During the turmoil of the 1970s, Pittsburgh became known as the city of champions. Led by two very charismatic and colorful players—Roberto Clemente in 1971 and Willie Stargell in 1979—the Pirates won the World Series twice. Meanwhile, blessed with a bevy of players who would later be inducted into the NFL Hall of Fame, the Steelers won four Super Bowls during the decade. In addition, riding on the back of their superstar halfback, Tony Dorsett, the University of Pittsburgh won the NCAA Division I championship in 1976. These exploits helped residents of western Pennsylvania and fans of Pittsburgh teams living in other nearby areas deal with an otherwise dismal decade that included Vietnam, Watergate, an oil crisis, stagflation, the substantial decline of the steel industry, and a host of other maladies.
Pittsburgh teams have also enjoyed much success in years since. The Steelers triumphed in the Super Bowl in 2006 and 2009, making them the only team to win it six times. After winning the Stanley Cup in 1991 and 1992, the Penguins were victorious again in 2009. Both the Steelers and Penguins have very talented teams and seem poised to continue their high-caliber performance. The University of Pittsburgh has had several outstanding basketball teams in the new millennium. Moreover, when playing for championships, Pittsburgh professional teams have done amazing well: the Steelers are 6-1, the Penguins are 3-1, and the Pirates are 5-2 (having won their last three) for a combined record of 14-4.
So what do Pittsburgh fans have to complain about? Sadly, the recent ineptitude of the Pirates.
This week the Pirates set the record for the most consecutive losing seasons—17—of any franchise in the nation’s four major sports: baseball, football, basketball, and hockey. The Pirates’ championship drought is not nearly as long as that of the Cubs, the Red Sox before they won the World Series in 2004, or the White Sox before they won in 2005. Moreover, some of baseball’s best played for the Pirates, including Honus Wagner, Pie Traynor, Arky Vaughan, Paul and Lloyd Waner, and Ralph Kiner. However, since 1992 their record has been miserable as they have won less than 44 percent of their games. During this time, as a result of questionable decisions—poor drafting, unwise trades, and risky signings of free agents—they have performed very poorly. Adding imprudent management and lackluster play to substandard talent is the perfect recipe for failure.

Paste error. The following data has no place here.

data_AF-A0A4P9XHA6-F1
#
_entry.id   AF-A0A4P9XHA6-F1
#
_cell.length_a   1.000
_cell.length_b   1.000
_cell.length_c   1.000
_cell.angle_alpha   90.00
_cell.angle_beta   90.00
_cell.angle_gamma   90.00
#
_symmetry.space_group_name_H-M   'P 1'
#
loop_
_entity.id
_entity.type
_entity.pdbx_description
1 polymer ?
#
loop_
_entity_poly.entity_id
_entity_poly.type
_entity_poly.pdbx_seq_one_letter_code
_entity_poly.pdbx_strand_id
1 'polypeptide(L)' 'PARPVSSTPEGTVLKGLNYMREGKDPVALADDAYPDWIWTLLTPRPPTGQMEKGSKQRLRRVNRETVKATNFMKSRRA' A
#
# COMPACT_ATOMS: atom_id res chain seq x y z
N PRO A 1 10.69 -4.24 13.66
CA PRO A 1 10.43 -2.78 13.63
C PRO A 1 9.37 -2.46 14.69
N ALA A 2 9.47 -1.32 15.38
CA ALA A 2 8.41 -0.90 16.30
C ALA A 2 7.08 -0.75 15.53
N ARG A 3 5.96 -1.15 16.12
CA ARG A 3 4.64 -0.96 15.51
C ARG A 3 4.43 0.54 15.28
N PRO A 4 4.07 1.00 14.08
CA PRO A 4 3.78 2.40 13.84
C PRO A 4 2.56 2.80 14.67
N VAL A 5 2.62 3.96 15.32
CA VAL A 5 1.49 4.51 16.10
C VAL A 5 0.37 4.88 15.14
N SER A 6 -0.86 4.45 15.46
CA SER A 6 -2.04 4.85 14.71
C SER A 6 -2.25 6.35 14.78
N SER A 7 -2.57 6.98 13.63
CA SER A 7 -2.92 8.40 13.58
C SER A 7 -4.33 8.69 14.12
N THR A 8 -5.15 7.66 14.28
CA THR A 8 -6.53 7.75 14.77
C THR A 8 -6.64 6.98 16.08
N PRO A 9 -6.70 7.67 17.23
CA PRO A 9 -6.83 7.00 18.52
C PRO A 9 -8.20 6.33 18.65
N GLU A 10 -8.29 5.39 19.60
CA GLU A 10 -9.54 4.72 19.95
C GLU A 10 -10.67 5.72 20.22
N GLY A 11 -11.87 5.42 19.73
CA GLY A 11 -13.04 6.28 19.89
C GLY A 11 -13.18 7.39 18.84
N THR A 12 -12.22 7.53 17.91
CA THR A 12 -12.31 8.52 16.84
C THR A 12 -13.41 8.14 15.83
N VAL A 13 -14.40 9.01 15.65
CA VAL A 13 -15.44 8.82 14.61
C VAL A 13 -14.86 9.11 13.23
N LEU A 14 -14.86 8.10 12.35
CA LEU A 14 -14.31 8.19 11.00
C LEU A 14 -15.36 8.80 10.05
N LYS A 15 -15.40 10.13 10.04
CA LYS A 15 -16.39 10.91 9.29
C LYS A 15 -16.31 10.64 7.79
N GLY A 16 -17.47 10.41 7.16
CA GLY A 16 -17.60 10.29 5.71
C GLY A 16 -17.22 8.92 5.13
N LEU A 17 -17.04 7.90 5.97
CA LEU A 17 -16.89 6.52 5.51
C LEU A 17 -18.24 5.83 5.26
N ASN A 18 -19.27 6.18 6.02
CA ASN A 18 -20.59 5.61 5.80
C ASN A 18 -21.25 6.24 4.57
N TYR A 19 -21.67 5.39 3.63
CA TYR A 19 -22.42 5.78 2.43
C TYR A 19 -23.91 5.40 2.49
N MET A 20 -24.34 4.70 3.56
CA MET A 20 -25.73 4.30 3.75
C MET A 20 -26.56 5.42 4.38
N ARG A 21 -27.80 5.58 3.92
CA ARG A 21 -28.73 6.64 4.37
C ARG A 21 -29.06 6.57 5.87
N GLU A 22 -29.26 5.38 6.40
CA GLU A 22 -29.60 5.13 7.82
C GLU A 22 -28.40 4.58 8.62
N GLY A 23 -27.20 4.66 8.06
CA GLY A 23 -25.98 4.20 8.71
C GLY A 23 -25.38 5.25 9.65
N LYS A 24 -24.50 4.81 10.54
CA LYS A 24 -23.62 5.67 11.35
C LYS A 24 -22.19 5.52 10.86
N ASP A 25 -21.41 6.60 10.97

This especially grates upon one who first became cognizant of baseball as ten year-old in 1960 when the Pirates beat the mighty Yankees four games to three on Bill Mazeroski’s memorable walk-off homerun in the bottom of the ninth. Despite being outscored 55-27 in the series, the Pirates triumphed in David versus Goliath fashion. During the 1970s, the Pirates won more games than any other National League team, and in the early 1990s, led by the killer B’s—Bobby Bonilla, Barry Bonds, and others—the Pirates made the playoffs three consecutive years. However, all of that now seems like a distant memory with no relief from losing in sight.
Despite the success of some very well managed small-market teams, most notably the Marlins, Athletics, and Twins, teams with the largest payrolls have generally won the World Series. While high salaries and winning are not directly connected (despite their huge payrolls the Yankees have not won the World Series since 2000), they are significantly correlated. Without a salary cap like that of professional football and basketball, it seems very unlikely that small-market teams like the Pirates or Royals will ever be able to compete effectively.
So what can frustrated fans do? We can pretend baseball does not exist.
We can transfer our loyalties and root for another team. We can focus on teams in other sports in our home area that are doing well. We can hope for a miracle, perhaps to have "Angels in the Outfield," as the Pirates did in a 1951 movie when they were mired in a similar slump.
Or we can try to discover the benefits that come from defeat. Losing can help us be more gracious, forgiving, and empathetic with fans in other cities such as San Diego, Seattle, Buffalo, and Cleveland whose professional sports teams have never won a championship or not won one in decades. Coping with losing is very difficult in a society that glorifies success, especially in the sports world. However, neither the Bible nor modern psychology endorses the single-minded pursuit of success for its own sake, which our society pushes us to pursue. Dealing with the Pirates’ failure can perhaps help us cope more effectively with disappointments in other areas of life. It can also teach us the perennially useful traits of patience and perseverance.
— Dr. Gary Scott Smith chairs the history department at Grove City College, where he teaches Sports in American History. He is also a fellow for faith and the presidency with The Center for Vision & Values and the author of Faith and the Presidency: From George Washington to George W. Bush (Oxford University Press, 2006).